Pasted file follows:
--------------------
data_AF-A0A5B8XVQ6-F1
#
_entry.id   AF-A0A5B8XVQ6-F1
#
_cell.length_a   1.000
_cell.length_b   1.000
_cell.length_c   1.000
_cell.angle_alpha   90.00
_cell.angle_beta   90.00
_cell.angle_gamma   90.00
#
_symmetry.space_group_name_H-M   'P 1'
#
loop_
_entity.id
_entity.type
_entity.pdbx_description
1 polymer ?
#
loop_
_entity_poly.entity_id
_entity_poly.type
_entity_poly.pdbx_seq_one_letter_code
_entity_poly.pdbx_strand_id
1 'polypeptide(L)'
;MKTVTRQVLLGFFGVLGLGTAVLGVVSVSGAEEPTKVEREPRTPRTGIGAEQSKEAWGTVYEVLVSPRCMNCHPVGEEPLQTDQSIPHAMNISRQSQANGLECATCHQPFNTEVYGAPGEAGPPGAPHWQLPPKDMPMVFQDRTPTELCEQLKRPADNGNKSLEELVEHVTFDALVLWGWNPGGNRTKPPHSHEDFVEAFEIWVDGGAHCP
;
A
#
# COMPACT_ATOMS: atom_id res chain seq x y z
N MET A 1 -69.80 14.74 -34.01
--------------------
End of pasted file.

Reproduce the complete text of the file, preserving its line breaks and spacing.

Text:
data_AF-A0A5B8XVQ6-F1
#
_entry.id   AF-A0A5B8XVQ6-F1
#
_cell.length_a   1.000
_cell.length_b   1.000
_cell.length_c   1.000
_cell.angle_alpha   90.00
_cell.angle_beta   90.00
_cell.angle_gamma   90.00
#
_symmetry.space_group_name_H-M   'P 1'
#
loop_
_entity.id
_entity.type
_entity.pdbx_description
1 polymer ?
#
loop_
_entity_poly.entity_id
_entity_poly.type
_entity_poly.pdbx_seq_one_letter_code
_entity_poly.pdbx_strand_id
1 'polypeptide(L)'
;MKTVTRQVLLGFFGVLGLGTAVLGVVSVSGAEEPTKVEREPRTPRTGIGAEQSKEAWGTVYEVLVSPRCMNCHPVGEEPLQTDQSIPHAMNISRQSQANGLECATCHQPFNTEVYGAPGEAGPPGAPHWQLPPKDMPMVFQDRTPTELCEQLKRPADNGNKSLEELVEHVTFDALVLWGWNPGGNRTKPPHSHEDFVEAFEIWVDGGAHCP
;
A
#
# COMPACT_ATOMS: atom_id res chain seq x y z
N MET A 1 -69.80 14.74 -34.01